IDF launches surprise live-fire drill in Golan

Exercise in Golan Heights aims to test army readiness and fitness in North and Central Commands, Artillery Corps.

September 19, 2012 10:49
2 minute read.
Givati drill

Givati drill. (photo credit: IDF Spokesman's Office)


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The IDF held a surprise large-scale drill in the Golan Heights Wednesday as turmoil continued to rock Syria, just across the border.

The drill saw Artillery Corps conscripts and officers who were performing ordinary patrol activity in the West Bank airlifted in helicopters without prior warning to their artillery pieces’ firing positions in the Golan. Hours later they took part in live artillery-fire exercises.

“Some of the soldiers were on vacation and some were on operational missions in other areas, mainly the West Bank,” a senior IDF source acquainted with the drill said. “It came as a full surprise to them.”

A drill of this nature and scope had not been held in the Golan region for several years. It began at 2:30 a.m. on Wednesday when chief artillery officer Brig.-Gen. Roee Riptin, who planned the drill, gave the go-ahead for the exercise to begin.

“The aim was to test IDF readiness for all scenarios,” the IDF source explained. “We simulated a situation in which there was no advance warning, and getting forces to the Golan in a surprise situation... It is a drastic transition.”

The Air Force also took part in the drill.

The source said the army’s command level was “reasonably satisfied” with the results, saying the transition had gone according to plan.

Prior to Wednesday, senior IDF officers at the Operations Branch and on the General Staff worked with Riptin to plan the exercise, though very few people were aware that it was about to take place. On Tuesday evening a drill-monitoring group was assembled and taken to the Golan, where it was briefed for the first time.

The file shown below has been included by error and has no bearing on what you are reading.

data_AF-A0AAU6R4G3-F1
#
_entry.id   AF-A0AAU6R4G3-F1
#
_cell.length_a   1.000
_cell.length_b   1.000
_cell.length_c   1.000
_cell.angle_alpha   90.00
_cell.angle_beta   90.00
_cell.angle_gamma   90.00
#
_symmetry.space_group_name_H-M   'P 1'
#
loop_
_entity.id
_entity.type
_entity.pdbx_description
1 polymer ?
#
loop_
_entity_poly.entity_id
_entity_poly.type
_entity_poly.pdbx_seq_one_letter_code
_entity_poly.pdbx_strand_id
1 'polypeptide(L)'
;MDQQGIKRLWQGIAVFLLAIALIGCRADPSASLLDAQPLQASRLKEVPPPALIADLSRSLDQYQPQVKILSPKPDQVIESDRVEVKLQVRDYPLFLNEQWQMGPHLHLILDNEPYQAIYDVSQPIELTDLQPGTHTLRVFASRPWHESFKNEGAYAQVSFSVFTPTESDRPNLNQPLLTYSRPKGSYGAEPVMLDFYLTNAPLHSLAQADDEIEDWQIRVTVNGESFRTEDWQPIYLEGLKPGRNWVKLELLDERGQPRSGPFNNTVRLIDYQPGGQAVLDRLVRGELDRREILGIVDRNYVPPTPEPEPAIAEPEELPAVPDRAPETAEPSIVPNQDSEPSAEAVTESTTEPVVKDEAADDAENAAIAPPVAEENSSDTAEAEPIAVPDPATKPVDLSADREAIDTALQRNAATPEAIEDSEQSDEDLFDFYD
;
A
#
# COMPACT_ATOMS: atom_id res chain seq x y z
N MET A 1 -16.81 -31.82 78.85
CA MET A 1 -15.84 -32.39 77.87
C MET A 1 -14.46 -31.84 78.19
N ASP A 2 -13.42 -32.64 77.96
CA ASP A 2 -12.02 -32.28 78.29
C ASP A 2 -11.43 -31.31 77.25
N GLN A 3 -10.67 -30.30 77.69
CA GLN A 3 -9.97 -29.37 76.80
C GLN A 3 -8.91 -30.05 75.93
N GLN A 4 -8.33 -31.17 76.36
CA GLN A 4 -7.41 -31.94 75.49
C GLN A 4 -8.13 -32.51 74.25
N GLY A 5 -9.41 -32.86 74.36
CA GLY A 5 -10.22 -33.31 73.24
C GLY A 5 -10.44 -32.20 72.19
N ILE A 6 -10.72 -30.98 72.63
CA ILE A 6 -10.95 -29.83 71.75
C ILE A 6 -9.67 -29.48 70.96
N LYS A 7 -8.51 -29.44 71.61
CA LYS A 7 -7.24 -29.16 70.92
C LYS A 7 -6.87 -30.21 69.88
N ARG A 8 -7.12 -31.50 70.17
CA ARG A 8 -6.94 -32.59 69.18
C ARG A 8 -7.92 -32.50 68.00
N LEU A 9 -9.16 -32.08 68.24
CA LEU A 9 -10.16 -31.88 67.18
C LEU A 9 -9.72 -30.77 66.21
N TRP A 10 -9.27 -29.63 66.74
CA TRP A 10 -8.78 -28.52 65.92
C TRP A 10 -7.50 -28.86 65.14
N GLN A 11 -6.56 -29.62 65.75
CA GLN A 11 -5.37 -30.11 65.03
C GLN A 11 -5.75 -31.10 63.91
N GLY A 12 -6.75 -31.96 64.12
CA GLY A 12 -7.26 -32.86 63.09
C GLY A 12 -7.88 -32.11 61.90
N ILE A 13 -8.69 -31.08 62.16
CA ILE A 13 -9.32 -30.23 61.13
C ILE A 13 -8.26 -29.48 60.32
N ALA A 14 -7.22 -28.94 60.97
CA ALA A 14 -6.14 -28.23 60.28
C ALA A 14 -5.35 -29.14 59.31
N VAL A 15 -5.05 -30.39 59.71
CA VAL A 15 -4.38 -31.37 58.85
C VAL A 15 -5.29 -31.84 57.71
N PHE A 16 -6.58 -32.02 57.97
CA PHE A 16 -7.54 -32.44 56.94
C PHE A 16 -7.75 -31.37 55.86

“This drill is part of a routine program of evaluations and surprise exercises held throughout the year by the IDF comptroller,” the IDF Spokesman’s Office said in a media statement.

It came on the heels of a major Golani Brigade infantry and Armored Corps exercise, held in the Golan in recent weeks, that simulated combat with Hezbollah.

The IDF said Wednesday’s drill had been planned well in advance and should not be linked with any current developments.

It did, however coincide with ongoing concerns over instability in Syria and the fate of chemical weapons there.

Earlier on Wednesday, The London Times reported that a Syrian general who defected to anti-regime rebels, Maj.-Gen. Adnan Sillu, said Syrian President Bashar Assad had planned to transfer chemical weapons to Hezbollah, and also weighed using the weapons on rebels.

Earlier this week, the German weekly Der Spiegel reported that the Syrian army had testfired shells east of Aleppo that were capable of carrying deadly chemical substances.

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